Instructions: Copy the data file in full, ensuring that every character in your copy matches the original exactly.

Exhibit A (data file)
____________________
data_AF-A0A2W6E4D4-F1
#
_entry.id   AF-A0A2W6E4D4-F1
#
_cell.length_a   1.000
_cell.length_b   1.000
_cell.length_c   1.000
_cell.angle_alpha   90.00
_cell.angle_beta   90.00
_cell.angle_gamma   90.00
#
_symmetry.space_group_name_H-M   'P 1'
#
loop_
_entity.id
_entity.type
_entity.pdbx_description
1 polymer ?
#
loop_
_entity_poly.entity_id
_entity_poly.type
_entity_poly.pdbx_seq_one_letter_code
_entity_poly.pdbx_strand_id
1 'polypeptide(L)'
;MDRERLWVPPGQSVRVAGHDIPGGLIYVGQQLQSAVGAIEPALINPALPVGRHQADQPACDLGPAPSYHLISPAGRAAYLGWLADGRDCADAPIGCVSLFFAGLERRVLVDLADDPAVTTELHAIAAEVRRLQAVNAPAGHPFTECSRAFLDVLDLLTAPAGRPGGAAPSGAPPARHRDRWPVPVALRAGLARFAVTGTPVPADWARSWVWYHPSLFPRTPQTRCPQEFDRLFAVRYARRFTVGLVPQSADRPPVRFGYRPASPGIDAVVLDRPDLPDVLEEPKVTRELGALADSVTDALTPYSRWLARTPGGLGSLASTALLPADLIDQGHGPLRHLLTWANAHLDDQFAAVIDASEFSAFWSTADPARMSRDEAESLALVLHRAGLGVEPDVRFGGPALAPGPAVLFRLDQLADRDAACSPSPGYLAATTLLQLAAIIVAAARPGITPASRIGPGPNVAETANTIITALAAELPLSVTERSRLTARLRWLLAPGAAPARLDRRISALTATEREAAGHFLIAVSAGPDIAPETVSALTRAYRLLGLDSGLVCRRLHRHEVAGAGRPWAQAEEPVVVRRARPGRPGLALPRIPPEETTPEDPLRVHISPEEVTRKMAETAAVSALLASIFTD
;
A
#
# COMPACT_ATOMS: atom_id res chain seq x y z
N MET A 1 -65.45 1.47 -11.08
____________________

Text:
data_AF-A0A2W6E4D4-F1
#
_entry.id   AF-A0A2W6E4D4-F1
#
_cell.length_a   1.000
_cell.length_b   1.000
_cell.length_c   1.000
_cell.angle_alpha   90.00
_cell.angle_beta   90.00
_cell.angle_gamma   90.00
#
_symmetry.space_group_name_H-M   'P 1'
#
loop_
_entity.id
_entity.type
_entity.pdbx_description
1 polymer ?
#
loop_
_entity_poly.entity_id
_entity_poly.type
_entity_poly.pdbx_seq_one_letter_code
_entity_poly.pdbx_strand_id
1 'polypeptide(L)'
;MDRERLWVPPGQSVRVAGHDIPGGLIYVGQQLQSAVGAIEPALINPALPVGRHQADQPACDLGPAPSYHLISPAGRAAYLGWLADGRDCADAPIGCVSLFFAGLERRVLVDLADDPAVTTELHAIAAEVRRLQAVNAPAGHPFTECSRAFLDVLDLLTAPAGRPGGAAPSGAPPARHRDRWPVPVALRAGLARFAVTGTPVPADWARSWVWYHPSLFPRTPQTRCPQEFDRLFAVRYARRFTVGLVPQSADRPPVRFGYRPASPGIDAVVLDRPDLPDVLEEPKVTRELGALADSVTDALTPYSRWLARTPGGLGSLASTALLPADLIDQGHGPLRHLLTWANAHLDDQFAAVIDASEFSAFWSTADPARMSRDEAESLALVLHRAGLGVEPDVRFGGPALAPGPAVLFRLDQLADRDAACSPSPGYLAATTLLQLAAIIVAAARPGITPASRIGPGPNVAETANTIITALAAELPLSVTERSRLTARLRWLLAPGAAPARLDRRISALTATEREAAGHFLIAVSAGPDIAPETVSALTRAYRLLGLDSGLVCRRLHRHEVAGAGRPWAQAEEPVVVRRARPGRPGLALPRIPPEETTPEDPLRVHISPEEVTRKMAETAAVSALLASIFTD
;
A
#
# COMPACT_ATOMS: atom_id res chain seq x y z
N MET A 1 -65.45 1.47 -11.08